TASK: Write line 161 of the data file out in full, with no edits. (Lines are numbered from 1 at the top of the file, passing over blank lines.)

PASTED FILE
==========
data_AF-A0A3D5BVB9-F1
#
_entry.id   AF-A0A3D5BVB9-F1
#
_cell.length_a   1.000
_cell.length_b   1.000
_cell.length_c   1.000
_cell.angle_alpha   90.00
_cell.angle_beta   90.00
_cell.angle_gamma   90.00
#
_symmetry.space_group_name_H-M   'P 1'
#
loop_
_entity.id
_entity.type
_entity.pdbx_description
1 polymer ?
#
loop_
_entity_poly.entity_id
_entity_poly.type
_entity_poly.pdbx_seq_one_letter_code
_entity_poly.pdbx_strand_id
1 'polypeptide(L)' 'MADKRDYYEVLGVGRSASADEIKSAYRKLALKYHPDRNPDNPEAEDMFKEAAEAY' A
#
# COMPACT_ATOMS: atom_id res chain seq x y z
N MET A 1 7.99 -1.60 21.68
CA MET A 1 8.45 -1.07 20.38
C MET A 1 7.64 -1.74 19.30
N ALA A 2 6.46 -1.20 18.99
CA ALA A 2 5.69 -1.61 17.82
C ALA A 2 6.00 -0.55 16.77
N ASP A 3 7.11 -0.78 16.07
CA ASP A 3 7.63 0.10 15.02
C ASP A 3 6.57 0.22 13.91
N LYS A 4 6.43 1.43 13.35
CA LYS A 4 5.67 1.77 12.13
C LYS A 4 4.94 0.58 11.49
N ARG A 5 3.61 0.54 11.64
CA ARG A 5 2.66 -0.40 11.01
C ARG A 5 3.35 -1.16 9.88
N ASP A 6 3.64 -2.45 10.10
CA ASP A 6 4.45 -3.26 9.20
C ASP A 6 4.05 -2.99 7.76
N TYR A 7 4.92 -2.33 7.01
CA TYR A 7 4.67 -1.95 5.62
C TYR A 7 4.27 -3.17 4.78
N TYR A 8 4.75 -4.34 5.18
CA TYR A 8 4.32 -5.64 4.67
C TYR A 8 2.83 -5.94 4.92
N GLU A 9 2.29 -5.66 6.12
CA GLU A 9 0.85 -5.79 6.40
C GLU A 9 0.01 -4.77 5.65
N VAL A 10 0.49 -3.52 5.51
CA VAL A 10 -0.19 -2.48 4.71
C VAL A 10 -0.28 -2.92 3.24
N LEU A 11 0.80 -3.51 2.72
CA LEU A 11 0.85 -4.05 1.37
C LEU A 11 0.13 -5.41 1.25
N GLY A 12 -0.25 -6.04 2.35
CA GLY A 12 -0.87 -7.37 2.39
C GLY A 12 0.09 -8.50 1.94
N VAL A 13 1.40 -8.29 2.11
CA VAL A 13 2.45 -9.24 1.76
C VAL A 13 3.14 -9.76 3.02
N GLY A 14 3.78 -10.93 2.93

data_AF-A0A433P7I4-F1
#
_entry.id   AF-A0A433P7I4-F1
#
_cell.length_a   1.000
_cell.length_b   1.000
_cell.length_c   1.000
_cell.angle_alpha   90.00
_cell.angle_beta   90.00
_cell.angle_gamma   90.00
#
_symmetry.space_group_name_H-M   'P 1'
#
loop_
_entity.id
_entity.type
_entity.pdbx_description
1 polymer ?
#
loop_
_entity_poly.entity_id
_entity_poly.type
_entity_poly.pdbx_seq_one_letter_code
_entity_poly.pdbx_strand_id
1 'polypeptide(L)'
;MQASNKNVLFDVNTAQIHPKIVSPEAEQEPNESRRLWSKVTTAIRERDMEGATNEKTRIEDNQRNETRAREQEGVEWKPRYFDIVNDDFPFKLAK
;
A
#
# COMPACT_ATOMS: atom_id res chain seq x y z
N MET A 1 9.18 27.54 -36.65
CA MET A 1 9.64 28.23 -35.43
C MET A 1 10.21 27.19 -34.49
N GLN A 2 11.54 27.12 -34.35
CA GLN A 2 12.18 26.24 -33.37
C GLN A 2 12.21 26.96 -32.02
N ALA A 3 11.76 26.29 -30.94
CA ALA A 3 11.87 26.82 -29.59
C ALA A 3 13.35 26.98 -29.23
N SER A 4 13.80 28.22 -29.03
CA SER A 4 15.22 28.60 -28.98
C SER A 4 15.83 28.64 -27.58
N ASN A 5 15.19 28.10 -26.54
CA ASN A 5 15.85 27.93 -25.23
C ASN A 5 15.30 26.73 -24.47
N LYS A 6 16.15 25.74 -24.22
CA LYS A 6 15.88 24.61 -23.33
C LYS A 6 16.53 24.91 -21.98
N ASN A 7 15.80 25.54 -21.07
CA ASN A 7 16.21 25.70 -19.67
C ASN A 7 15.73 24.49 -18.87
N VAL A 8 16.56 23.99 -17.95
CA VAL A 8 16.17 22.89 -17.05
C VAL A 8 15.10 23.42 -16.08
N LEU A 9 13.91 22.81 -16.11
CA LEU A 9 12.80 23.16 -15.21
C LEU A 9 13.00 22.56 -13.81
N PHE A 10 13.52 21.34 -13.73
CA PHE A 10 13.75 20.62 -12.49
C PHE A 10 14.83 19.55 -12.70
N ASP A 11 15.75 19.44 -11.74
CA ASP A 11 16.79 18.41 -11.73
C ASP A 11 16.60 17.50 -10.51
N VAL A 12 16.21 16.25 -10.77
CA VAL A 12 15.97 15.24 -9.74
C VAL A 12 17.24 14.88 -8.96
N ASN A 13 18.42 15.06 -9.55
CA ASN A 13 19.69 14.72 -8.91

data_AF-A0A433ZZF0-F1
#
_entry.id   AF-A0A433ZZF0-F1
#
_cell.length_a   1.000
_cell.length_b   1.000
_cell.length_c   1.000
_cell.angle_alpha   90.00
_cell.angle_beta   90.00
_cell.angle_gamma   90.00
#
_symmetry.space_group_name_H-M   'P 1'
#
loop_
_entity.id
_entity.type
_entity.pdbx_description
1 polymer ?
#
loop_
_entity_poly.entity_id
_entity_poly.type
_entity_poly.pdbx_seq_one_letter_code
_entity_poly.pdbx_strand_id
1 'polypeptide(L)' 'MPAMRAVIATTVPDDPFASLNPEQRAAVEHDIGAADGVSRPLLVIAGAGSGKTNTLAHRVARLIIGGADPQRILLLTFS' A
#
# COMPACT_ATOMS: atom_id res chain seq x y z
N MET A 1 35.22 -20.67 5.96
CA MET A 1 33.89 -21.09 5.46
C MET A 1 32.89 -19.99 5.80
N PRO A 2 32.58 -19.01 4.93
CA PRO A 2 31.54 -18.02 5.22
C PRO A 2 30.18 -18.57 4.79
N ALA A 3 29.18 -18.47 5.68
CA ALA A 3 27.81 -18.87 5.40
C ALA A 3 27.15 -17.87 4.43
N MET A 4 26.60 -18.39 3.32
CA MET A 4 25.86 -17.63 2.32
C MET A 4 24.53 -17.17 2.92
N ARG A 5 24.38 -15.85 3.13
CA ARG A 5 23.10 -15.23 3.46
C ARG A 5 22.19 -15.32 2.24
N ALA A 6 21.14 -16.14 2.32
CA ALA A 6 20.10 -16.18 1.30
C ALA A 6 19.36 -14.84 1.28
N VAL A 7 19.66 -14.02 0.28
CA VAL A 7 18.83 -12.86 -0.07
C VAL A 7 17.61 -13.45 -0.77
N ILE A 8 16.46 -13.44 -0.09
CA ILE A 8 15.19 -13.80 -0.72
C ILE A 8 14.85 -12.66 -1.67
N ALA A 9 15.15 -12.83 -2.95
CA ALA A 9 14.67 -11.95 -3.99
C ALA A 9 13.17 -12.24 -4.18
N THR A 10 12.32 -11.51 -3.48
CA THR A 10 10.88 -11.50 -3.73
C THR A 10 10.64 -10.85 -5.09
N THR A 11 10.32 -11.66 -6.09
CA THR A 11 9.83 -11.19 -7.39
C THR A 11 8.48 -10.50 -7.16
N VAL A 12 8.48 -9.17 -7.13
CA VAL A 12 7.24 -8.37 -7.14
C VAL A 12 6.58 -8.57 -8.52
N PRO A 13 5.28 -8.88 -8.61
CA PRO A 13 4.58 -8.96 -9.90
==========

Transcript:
#